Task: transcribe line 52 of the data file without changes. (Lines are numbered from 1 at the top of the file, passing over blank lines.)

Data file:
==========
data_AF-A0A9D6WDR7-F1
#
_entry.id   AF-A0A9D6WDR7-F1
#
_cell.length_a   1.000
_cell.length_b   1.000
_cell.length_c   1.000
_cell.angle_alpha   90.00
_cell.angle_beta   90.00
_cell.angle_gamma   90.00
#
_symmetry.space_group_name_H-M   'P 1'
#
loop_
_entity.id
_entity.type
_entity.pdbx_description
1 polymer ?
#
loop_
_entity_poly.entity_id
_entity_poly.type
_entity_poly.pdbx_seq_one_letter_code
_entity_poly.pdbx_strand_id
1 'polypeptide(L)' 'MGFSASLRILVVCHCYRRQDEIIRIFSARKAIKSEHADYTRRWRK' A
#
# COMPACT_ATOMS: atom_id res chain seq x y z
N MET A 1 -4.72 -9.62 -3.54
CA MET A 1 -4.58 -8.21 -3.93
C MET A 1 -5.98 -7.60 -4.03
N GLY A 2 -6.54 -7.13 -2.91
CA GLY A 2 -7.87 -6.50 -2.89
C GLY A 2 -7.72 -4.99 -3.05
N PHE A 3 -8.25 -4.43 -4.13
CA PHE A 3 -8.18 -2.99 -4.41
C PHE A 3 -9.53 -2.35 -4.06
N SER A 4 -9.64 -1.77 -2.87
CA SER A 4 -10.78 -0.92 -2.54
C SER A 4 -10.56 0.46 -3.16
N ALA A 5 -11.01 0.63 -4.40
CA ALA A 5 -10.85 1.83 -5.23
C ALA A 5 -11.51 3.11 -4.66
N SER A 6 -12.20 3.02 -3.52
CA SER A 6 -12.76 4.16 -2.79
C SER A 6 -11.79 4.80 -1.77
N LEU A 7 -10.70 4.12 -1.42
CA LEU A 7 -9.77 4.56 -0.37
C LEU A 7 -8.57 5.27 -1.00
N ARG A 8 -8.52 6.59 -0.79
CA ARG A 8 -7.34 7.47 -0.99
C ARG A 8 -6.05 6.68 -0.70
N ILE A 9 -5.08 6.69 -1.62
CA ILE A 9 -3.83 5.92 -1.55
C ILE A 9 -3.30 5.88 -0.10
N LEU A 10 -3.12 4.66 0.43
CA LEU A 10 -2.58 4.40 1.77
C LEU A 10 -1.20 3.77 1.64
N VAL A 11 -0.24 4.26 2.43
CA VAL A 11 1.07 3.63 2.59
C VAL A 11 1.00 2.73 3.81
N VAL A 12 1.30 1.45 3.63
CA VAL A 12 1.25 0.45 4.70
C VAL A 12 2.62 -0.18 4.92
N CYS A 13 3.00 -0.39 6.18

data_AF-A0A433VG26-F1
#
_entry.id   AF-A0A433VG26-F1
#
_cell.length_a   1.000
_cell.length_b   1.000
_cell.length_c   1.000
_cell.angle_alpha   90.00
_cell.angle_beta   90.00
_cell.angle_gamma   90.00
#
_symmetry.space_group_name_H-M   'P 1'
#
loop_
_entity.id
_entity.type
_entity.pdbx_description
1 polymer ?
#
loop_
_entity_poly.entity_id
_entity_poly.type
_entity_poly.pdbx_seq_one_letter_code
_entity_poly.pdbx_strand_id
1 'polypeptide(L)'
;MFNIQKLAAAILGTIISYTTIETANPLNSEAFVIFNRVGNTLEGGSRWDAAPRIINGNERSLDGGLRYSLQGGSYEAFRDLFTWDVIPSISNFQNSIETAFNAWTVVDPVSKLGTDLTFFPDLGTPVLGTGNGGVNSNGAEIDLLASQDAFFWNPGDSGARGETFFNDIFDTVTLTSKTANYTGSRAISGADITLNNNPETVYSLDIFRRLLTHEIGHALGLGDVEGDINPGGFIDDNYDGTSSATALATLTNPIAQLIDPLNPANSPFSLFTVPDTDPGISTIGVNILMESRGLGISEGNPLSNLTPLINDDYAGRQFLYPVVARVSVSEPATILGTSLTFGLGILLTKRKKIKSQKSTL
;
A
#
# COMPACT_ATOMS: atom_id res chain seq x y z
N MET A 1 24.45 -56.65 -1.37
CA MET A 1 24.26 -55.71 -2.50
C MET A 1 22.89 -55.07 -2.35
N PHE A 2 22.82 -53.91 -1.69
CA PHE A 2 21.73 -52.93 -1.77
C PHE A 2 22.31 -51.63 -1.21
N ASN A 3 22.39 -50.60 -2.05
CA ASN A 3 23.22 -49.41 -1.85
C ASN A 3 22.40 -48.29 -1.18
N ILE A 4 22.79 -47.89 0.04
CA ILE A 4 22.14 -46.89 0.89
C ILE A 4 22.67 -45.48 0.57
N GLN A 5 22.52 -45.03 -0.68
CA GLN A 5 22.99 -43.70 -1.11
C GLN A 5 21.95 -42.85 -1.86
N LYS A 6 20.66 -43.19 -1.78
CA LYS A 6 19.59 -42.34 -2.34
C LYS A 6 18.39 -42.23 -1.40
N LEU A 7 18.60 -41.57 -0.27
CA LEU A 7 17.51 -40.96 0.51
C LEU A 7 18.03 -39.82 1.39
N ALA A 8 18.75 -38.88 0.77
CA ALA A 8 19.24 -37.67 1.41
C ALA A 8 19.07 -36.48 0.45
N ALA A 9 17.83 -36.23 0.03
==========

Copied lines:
N ILE A 9 -5.08 6.69 -1.62